National Institute on Aging

Pomona College Begins Instruction in Swahili

Pomona College, the highly rated liberal arts college in Claremont, California, is offering a new half credit course in the study of Swahili. The Swahili language is used by more than 60 million people and is the official language of Tanzania, Kenya, Uganda, the Comoros Islands, and the Democratic Republic of the Congo.

At Pomona the students enrolled in the Self-Instructional Language Program (SLIP) study on their own according to a set schedule and meet once a week with a language coach to practice conversation.

Maduhu Kazi is one of two language coaches in the Pomona program. He is a native of Tanzania and is currently working toward a Ph.D. in economics at the Claremont Graduate University. While he not a language instructor, Swahili is his native tongue so he is well versed in the course’s content.


Comments (8)

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  1. annette waller says:

    Interested in reviewing or relearning Swahili. I took three quarters of Swahili in 1971 and have not practiced recently. I live in Los Angeles and want to know if I can take this class on line without enrolling at Pomona College. Please reply.

    • Dr. Leonce Rushubirwa says:

      I am currently teaching Kiswahili at University of KwaZulu South Africa. I can teach you Kiswahili language through online. Let me know if this is what interest you. Take Care!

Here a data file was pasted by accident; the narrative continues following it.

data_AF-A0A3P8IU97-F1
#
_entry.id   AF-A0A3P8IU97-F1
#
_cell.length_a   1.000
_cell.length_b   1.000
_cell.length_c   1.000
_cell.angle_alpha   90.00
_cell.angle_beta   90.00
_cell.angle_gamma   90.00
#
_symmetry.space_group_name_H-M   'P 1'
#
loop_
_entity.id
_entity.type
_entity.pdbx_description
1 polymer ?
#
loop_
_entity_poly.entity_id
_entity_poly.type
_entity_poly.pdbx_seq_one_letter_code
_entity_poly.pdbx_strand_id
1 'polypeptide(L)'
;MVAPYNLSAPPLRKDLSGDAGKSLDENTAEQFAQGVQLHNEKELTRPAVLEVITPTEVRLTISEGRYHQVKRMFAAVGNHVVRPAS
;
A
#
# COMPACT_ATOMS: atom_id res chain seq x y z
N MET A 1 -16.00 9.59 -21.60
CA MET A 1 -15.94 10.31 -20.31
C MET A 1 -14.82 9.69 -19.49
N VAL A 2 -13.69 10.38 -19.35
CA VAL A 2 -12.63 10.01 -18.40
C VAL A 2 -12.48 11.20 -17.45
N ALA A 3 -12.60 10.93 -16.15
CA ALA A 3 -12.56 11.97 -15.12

Best Regards!

      Leonce Rushubirwa

  2. Abdul says:

    It is very interesting that Swahili is taught by someone who is not a Swahili instructor. Is there any other language in the US apart from Swahili whose instructors are just “native speakers”? I doubt that Mr Kazi coming from the mainland Tanzania is really a native speaker of Swahili. I am sure he has his native language and then Swahili. Being from Tanzania does not qualify everyone to be a native speaker.

    • I agree with Abdul. Being a native of any country including Kiswahili does not itself qualify that person to become a teacher of that language. This person needs to go through language pedagogy trainings.

      • Dr. Masumbuko says:

        I know Mr. Kazi. Actually his Swahili is not that good. He is Sukuma from lake Victoria. This is just sad and I am not sure what type of Swahili these students will be learning….

  3. If someone is a native speaker of Kiswahili like Mr. Kazi is, he can participate in helping Kiswahili Students to learn how to pronounce words, phrases and sentences that would enhance their pronunciation skills.

  4. Eli says:

    guys the programme is called SLIP so instead of criticising Mr Kazi you should appreciate n support what he is doing instead of kupiga majungu he is spreading our lovely language kiswahili

    • Ali Raja says:

      Swahili is my second language. I was born and raised in Tanzania currently residing in Southern California. I would be happy to tutor anyone who might be interested and need more info in East African history.

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